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LWV Educates Members on Land Use

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League of Women Voters of the Comal Area (LWV-CA) on Saturday hosted a regional meeting aimed at educating members about the need for legislation granting counties more authority for land-use management.

Roxanna Deane, president of LWV-CA and library director of Canyon Lake’s Tye Preston Memorial Library, where Hill Country LWV members met, said the group shared stories about challenges created by growth in Kerr, Gillespie, Williamson, Travis, Hays, Bexar, Guadalupe and Comal Counties.

“Members reported that subdivisions are being built in the unincorporated areas of counties with little or no regulation regarding water resources or impacts on roads,” she said. “Industrial operations can be built next to subdivisions because counties do not have authority regarding incompatible land uses.”

Annalisa Peace, a member of the league’s San Antonio-area chapter and executive director of Greater Edwards Aquifer Alliance, described the situation as “loving the Hill Country to death.”

She said previous attempts in the Texas legislature to give counties more authority have failed.

“Now is the time to ask our state legislators to support new legislation to give our counties more tools to manage growth.”

Peace and Deane asked members to educate residents in their respective counties.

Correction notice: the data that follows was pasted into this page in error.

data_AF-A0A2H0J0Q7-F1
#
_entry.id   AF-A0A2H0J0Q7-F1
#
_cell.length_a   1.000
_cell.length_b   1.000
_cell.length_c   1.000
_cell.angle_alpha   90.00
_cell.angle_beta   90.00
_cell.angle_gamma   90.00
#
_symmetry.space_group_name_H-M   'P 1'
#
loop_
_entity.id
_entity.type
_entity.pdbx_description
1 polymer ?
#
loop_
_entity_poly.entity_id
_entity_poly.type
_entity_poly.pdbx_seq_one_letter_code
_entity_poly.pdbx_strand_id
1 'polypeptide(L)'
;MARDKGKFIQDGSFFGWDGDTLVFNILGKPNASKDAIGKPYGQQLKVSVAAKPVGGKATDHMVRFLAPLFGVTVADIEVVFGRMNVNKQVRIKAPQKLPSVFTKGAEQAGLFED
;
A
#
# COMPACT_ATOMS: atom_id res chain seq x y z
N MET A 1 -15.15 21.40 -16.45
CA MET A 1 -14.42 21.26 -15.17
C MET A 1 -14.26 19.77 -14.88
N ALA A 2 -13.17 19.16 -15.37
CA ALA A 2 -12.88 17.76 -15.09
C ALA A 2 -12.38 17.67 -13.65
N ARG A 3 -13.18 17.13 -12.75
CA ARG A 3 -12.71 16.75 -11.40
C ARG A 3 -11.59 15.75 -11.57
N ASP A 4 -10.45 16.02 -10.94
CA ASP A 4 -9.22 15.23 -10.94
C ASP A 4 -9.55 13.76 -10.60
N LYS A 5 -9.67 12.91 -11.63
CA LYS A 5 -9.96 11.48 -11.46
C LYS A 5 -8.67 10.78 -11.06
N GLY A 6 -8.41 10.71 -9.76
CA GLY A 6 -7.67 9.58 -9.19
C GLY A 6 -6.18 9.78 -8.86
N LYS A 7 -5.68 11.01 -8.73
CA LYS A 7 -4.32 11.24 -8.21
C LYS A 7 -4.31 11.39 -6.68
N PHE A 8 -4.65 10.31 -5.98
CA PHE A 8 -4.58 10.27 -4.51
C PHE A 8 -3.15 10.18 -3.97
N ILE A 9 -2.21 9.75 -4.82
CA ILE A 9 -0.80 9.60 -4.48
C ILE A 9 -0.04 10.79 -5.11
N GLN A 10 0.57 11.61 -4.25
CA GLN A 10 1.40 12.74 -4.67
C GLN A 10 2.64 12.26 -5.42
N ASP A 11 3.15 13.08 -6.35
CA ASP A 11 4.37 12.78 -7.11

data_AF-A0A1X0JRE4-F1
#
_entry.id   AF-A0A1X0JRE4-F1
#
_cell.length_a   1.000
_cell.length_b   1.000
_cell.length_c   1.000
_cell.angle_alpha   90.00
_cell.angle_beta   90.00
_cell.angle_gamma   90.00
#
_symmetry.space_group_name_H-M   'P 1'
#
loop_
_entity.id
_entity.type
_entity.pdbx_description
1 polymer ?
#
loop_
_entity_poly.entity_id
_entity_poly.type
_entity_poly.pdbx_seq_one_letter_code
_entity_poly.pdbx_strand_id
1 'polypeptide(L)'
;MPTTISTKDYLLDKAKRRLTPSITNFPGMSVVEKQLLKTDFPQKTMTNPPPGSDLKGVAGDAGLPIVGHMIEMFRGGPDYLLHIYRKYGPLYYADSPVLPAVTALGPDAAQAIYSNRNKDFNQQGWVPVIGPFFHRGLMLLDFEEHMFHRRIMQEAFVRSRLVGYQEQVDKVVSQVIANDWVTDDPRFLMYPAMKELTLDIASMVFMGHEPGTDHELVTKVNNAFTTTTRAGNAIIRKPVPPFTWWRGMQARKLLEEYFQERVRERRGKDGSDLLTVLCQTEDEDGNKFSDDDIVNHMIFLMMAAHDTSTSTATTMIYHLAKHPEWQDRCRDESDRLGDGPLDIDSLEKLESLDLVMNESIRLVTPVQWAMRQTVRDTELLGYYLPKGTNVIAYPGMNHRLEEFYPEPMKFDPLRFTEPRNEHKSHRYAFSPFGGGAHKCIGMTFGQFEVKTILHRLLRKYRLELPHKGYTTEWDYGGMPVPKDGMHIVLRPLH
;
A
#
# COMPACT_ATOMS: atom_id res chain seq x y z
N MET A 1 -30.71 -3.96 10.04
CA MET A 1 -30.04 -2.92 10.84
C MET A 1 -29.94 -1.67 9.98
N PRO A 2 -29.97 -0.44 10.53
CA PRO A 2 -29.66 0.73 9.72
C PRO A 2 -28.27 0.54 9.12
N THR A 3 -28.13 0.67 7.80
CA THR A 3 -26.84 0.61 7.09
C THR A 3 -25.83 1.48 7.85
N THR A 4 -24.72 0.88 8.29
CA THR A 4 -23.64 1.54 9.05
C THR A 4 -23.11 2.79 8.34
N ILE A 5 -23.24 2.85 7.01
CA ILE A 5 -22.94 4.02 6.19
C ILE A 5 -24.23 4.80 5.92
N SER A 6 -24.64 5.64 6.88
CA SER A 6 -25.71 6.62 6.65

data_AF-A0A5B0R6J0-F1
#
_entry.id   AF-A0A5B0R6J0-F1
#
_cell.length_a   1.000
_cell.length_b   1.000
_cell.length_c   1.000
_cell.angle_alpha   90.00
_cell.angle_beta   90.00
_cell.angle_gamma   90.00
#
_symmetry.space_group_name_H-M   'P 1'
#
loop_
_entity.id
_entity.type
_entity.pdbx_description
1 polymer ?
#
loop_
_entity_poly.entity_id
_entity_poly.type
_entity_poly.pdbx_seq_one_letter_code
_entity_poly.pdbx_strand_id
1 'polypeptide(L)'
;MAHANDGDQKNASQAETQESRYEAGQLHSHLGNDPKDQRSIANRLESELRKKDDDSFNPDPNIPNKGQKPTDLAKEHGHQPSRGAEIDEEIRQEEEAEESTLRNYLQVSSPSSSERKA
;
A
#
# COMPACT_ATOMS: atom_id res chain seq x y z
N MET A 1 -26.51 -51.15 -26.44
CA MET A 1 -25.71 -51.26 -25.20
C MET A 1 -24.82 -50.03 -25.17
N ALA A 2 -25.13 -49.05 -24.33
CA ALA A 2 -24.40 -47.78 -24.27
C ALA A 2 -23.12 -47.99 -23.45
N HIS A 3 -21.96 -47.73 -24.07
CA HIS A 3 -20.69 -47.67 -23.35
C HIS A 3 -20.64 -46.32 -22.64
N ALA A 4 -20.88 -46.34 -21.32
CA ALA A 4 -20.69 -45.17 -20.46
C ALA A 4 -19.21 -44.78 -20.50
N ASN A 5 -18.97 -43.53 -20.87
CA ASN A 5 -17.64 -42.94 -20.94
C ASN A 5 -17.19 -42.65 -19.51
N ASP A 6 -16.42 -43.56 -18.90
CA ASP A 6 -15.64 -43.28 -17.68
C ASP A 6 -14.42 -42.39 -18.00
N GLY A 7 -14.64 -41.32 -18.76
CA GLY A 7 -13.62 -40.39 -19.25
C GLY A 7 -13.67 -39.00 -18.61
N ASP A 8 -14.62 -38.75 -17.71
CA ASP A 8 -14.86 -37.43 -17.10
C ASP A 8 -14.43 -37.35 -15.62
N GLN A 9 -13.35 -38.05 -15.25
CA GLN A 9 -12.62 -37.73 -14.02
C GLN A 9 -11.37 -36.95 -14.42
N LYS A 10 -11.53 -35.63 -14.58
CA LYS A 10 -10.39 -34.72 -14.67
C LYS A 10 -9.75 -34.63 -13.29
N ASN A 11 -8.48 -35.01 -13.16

LWV-CA Land Use Committee Chair Jensie Madden said more information is available on the group’s website, lwvcomal.org. To search for land-use information, click “county authority resources.”

Update: Bryan Benway, district director for Rep. Kyle Biedermann, Texas House District 73, said after reviewing this article: “Please remember that in order for the state legislature to write a bill for ‘county authority’ that the county leadership, judge and commissioners, need to tell us what authority, if any, they would like. We need that information. If we wrote a bill without knowing what they want and specifics, that would be like us writing a bill for education without getting info and ideas from the people who know it best, the educators. In other words, we cannot write a bill about county authority unless we know what the county officials want, if anything.”

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1 Comment

  1. michael l. maurer
    August 11, 2018 at 5:14 pm — Reply

    Perhaps this Annalisa Peace should go after Comal County Commissioners instead of barking at people screaming the sky is falling. The fact is…Comal County Commissioners have a REQUIREMENT that mandates than a developers has to prove that there is sufficient water to supply the entire build-out of the subdivision for the next 20 years. The problem lies with County officials who support bigger growth and their lack of requiring strict proof of WATER AVAILABILTY from the purveyors supplying water to these new subdivisions. The County officials can pick and choose who the winners will be… and with high dollar development that will bring millions of dollars in new valuations to the appraisal rolls… what is so big about WATER AVAILABLITY… or so these officials may believe. The county has sat back and refused to adopt a resolution denouncing the proposed rock quarry at 46/3009. This is exactly what I’m talking about when it comes to development and the County. The County appears to take it easy on ‘development’ that they ‘approve’ of. It is estimated that almost half of the development that has taken place over the last 5years should not have been approved because of this water availability requirement or what I consider STRICT PROOF THEREOF.

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